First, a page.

We’ve had enough of digital monopolies and surveillance capitalism. We want an alternative world that works for everyone, just like the original intention of the web and net.
We seek a world of open platforms and protocols with real choices of applications and services for people. We care about privacy, transparency and autonomy. Our tools and organisations should fundamentally be accountable and resilient.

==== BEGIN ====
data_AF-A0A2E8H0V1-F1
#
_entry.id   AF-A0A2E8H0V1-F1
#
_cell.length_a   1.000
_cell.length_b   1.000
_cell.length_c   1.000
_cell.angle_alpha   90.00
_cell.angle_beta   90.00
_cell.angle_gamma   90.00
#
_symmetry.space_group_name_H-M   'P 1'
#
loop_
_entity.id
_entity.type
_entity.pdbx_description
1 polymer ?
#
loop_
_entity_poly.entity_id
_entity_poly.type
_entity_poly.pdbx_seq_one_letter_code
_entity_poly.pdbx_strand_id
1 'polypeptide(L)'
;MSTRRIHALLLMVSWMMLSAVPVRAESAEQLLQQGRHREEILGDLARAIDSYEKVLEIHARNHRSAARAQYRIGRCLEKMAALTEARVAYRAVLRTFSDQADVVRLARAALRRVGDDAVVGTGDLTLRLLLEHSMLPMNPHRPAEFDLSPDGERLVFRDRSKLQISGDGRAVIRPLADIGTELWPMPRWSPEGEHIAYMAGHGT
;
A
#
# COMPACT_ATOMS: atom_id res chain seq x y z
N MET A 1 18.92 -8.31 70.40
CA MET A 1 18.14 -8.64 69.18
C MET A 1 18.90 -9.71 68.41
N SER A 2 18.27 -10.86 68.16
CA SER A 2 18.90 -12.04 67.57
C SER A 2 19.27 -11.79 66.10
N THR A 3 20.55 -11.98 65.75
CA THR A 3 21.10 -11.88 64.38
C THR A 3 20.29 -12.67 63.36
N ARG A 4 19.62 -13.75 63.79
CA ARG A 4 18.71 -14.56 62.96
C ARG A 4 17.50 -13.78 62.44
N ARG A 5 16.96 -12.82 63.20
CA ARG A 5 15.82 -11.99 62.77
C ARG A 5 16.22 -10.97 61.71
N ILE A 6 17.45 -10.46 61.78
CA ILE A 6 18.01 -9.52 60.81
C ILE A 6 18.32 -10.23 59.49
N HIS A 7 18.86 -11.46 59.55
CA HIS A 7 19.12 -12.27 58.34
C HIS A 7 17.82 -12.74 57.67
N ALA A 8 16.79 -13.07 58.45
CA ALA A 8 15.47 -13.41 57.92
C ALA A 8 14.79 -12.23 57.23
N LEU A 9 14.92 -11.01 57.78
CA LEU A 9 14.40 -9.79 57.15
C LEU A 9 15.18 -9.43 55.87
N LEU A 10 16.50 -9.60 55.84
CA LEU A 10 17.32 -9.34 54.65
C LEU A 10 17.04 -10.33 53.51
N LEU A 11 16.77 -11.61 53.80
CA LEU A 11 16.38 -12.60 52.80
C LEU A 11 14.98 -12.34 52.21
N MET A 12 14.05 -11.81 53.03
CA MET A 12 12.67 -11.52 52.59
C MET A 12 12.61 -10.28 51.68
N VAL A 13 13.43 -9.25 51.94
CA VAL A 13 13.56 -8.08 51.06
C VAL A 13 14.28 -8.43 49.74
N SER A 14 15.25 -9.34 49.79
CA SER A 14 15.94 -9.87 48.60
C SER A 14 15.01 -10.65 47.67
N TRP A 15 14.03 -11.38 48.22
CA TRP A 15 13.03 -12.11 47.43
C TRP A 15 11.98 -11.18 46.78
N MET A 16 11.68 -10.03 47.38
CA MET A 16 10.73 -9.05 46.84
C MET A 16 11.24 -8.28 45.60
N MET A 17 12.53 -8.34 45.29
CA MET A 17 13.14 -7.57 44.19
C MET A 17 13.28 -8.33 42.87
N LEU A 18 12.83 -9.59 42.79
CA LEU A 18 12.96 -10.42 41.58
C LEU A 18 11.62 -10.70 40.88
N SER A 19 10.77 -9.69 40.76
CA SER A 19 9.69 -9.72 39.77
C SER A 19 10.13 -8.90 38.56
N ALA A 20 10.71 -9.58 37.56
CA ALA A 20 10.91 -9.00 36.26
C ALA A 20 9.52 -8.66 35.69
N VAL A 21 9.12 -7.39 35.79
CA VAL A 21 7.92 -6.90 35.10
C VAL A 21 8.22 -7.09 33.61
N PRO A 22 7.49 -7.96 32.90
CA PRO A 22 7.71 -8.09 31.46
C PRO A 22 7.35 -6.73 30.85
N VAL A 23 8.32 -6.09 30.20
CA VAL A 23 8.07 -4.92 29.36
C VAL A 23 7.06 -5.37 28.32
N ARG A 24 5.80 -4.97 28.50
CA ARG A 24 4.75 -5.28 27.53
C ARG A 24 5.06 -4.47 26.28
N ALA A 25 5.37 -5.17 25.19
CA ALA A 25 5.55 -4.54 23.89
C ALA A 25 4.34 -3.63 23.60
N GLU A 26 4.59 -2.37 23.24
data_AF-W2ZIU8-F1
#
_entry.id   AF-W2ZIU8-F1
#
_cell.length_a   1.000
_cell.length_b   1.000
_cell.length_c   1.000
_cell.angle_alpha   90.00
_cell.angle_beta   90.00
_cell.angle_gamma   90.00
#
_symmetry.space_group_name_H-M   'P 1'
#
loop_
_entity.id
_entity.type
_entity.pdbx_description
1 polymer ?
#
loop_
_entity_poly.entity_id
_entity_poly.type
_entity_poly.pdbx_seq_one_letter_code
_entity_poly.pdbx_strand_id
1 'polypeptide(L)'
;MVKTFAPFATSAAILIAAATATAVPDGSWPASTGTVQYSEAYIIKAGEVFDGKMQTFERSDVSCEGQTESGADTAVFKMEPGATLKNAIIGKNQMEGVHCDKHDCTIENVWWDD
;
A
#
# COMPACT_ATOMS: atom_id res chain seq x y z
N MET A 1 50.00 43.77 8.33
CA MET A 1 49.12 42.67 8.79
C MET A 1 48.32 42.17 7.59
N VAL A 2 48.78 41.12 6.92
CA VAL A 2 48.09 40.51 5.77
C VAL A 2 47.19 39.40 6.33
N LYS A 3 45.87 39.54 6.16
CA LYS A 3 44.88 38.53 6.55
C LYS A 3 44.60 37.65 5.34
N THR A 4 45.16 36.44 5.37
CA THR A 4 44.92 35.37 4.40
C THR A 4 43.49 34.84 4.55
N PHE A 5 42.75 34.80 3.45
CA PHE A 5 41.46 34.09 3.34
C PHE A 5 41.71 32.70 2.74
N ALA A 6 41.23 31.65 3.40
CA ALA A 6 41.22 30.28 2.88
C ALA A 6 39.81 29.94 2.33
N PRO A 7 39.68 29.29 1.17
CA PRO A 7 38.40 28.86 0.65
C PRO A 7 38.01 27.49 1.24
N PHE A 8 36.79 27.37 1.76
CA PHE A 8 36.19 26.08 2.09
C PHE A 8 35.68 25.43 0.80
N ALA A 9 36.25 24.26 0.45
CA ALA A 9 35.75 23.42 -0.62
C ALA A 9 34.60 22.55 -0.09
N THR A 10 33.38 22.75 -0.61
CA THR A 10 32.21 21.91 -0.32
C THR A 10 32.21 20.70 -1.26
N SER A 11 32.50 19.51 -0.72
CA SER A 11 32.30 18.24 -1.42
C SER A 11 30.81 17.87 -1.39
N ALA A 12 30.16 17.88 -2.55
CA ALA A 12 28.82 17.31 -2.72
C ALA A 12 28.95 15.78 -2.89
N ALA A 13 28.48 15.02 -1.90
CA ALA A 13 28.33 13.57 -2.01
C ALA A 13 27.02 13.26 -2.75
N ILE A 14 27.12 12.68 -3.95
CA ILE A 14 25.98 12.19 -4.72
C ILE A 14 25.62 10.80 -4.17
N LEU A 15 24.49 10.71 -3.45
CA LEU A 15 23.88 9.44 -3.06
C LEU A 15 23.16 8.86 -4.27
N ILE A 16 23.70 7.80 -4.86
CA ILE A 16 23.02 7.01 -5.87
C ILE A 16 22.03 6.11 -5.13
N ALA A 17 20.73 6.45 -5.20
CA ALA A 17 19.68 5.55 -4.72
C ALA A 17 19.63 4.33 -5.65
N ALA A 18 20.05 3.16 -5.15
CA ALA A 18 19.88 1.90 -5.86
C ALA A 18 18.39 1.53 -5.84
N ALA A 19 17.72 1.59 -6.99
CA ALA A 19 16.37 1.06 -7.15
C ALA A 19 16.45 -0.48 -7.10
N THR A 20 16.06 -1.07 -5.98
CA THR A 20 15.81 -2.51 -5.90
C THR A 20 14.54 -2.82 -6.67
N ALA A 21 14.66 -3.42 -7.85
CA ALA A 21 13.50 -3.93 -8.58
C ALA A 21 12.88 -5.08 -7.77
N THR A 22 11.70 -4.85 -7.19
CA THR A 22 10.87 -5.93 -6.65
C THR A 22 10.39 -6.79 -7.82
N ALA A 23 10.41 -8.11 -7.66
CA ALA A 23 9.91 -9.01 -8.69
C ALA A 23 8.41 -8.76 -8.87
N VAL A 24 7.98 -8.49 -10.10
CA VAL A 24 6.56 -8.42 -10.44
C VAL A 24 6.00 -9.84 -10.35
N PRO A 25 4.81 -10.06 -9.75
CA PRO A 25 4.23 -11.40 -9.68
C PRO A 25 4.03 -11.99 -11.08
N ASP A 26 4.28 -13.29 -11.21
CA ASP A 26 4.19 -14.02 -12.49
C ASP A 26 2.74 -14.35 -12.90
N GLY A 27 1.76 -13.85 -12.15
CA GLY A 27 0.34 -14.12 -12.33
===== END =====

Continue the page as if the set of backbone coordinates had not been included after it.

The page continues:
Am 09.03.2014 15:25, schrieb Paul Frazee: <metatalk>I originally intended to reply to Paul's posting in private mail, just accidentally hit the wrong button. By now I could imagine that other members of the list might actually like to follow or at least know that they don't miss a related discussion. So I keep posting via the list. Those who are annoyed: please let us know.</metatalk> > Yes, they are similar. To answer, I'll first mention that two additional posts were uploaded that explain more of the architecture: > > "In-Application Sandboxing with Web Workers" http://pfraze.github.io/2014/03/08/in-application-sandboxing-with-web-workers.html > "Communicating with Web Workers using HTTP" http://pfraze.github.io/2014/03/08/communicating-with-web-workers-using-http.html Thanks for these. It still looks related. Though I feel I'm missing something basic. Like a super-simplified paragraph of the over-all idea. > Askemos appears to solve trust in distributed application-state, correct? I'll need to read more deeply. I'm not a native English speaker. Notably here I'm inclined to say "yes", but then in turn I might have gotten your sentence the wrong way around. I rather explain: Assumptions: A) There is no trust in any remote machine and at most temporary trust in local machines. (If self-owned and self-administrated - however eventually left to the users judgment.) B) From (A) we conclude: there is no trust in any (remote) servers state. Goal: trustworthy applications, hence some application state we can reasonably assume/agree to be correct. Method: stolen from (modeled after) the legal system: don't aim for absolute truth. Rely on judgment and witness. So Askemos is somewhat like the web with the servers removed. (And not restricted to Web, though that's the easiest model to explain it). Instead of those servers, caches cooperate. A group of "cache" nodes execute what traditional web apps do at the server. However updates are coordinated among those nodes assigned to the app: they are only executed if the majority of assigned nodes agrees. That is all those nodes always audit each other. In this setting we are no longer forced to trust any single machine or operator. Malicious or not: malfunction is spotted and handled (ignored). (At least while there are less than 1/3 bad nodes.) Hence I'm inclined to say "Askemos solves trust BY distributing application state". Especially by distributing it to parties having a stake in either a) correct results b) conflicting interests iff they where trying to play foul. In an ideal world, we would integrate some Askemos-compliant cache code right into the users browser. In practice we run a process for the user close to the browser, typically at the same machine. Autonomy in this case mean: applications are autonomous from any party's dissenting interest. (Only majority dissent will stop them.) Since we guarantee (by a simple, yet clever rule how permissions might be assigned) that no person can impersonate any other, > The trust question I'm investigating is application-integrity during third-party extension. Autonomy means, in this case, freedom to introduce new software without the host's blessing, like how an OS protects its kernel so that 3rd party code can execute without auditing by the OS vendor. Like an OS, the effectiveness will then rely on a well-designed permissions model. I see. This is basically the same question we had to solve when looking into "how do those nodes run application code?". Askemos - being only the protocol level - just goes so far to say: (a) an app might have local state, the implementation is responsible to apply updates requested by the application (after having run the agreement protocol) and (b) no app shall be able modify other app's state or even it's own state bypassing the agreement step. Insofar your sandboxing text reads very related to our implementation. Obviously. Ah, yeah: applications in Askemos can communicate with each other. By passing asynchronous messages. The implementation makes sure that in - case the group of nodes maintaining the receiving application is not the same as the group of the sending app - messages are transparently forwarded to all nodes commissioned to run the receiving app. > Regarding shared state, the client/server model is continued, and so server nodes still maintain state authority, but the user may change which servers are used. Hm. This seems like "almost identical". Correct? Except that I've got the impression that your "server switch" would wholesale switch from one server to another. While Askemos lets you add/remove peers from the list supporting any particular application. So there would be a special case in Askemos, which would match your model: having an application running at peer X initially, then add peer Y and then drop peer X. Thus effectively always have only one peer run the app at the same time, though a different one after the move. Correct? (BTW: that special case is really not how you would like to run our apps in general. Instead you would normally have at least four [better seven to ten] peers assigned to run an app.) > Likewise, the permission model is still origin-based, but it treats all components of the app (page, remote hosts, worker plugins) as part of the network, and so origin is more granular. I see. That's about the point where app development became kinda confusing in our context. After all the server is virtually there even though physically not. (Another - related - confusion might be interesting to readers looking at it from a legal background: in such a network new objects are created at all nodes running the creating application at the same time and independently. Hence there is no such relationship like original vs. copy of the object. That's interesting to look at when it comes to copyright. After all the all-so-crucial act of copying never happened, still there are multiple copies...) > Servers may apply clustering algorithms to share state authority, and so (I suspect) Askemos' protocols should be applicable to them. Servers remain a network primitive for more complex topologies. Looks still more interesting. > Another notable aspect of trust is data-containment, which Workers solve by executing in the user's environment, with all APIs removed but for postMessage (no xhr). Exactly the same with Askemos. > This excites me for applications like Mint.com, which really needs proper isolation to function ethically. Great! I did not know about mint.com However a) this functioning ethically is exactly why we did Askemos in the first place b) What I'm seeing in the first five minutes from the mint.com web pages, that's about an application as we had it in mind when we started. So maybe our experiences (and code?) might be for you. Where is the users data kept in the case of mint.com? At (one or more of) the users computer(s) or at mint.com's machines? > I'm having trouble loading some of Askemos' docs, Please send details to me off-list. I'll shall investigate. Right now let me tell you: there are some old docs still linked, which we would like to drop since we broke the underlying implementation during development harming some objects to the extend that we can't modify them anymore. Dev time... Furthermore we're running the askemos.org and other web sites from our own software and test network. That is we actually test that we can run it from cheap peers behind consumer grade ADSL lines at home. Most nodes are plug computers, some are behind apache-vhosts we don't control directly. At least those tonido-plugs have a bug which requires them to be rebooted to be fixed. Etc. etc. so we know: at any time there might be nodes registered with the DNS, which are not functioning anymore. Depending on you clinet (browser) this might be a problem. Best /Jörg > but I look forward to digging in a bit. Ping me in #stackvm on freenode (pfraze) sometime. > > Be well, > Paul F > >> On Mar 9, 2014, at 4:40 AM, "Jörg F. Wittenberger" <Joerg.Wittenberger@softeyes.net> wrote: >> >> Am 08.03.2014 23:01, schrieb Paul Frazee: >>> Wrote a post summarizing an interface model I've been researching for >>> the past two years. In the scheme of redecentralizing, it's part of an >>> architecture which supports social extension of web applications in >>> order to provide autonomy from hosting organizations. >> That "autonomy" piece caught my interest. After all, it's what >> askemos.org is about. >> >>> If anybody has questions on the approach, feel free to ask; I'll post >>> a few more articles in the near future. >>> >>> http://pfraze.github.io/2014/03/08/applying-user-agent-behaviors.html >> After reading I can see that this is pretty much in line with the model >> proposed under the name Askemos. From a practical point of view it also >> looks much like the way we program our agents. >> >> However I'm left with one question: how does this relates to autonomy >> from hosting organizations? >> >> Towards this end we require active replication of the "server" end, such >> that any peer may fail (with malice) any time harming at most itself. >> >> Best >> >> /Jörg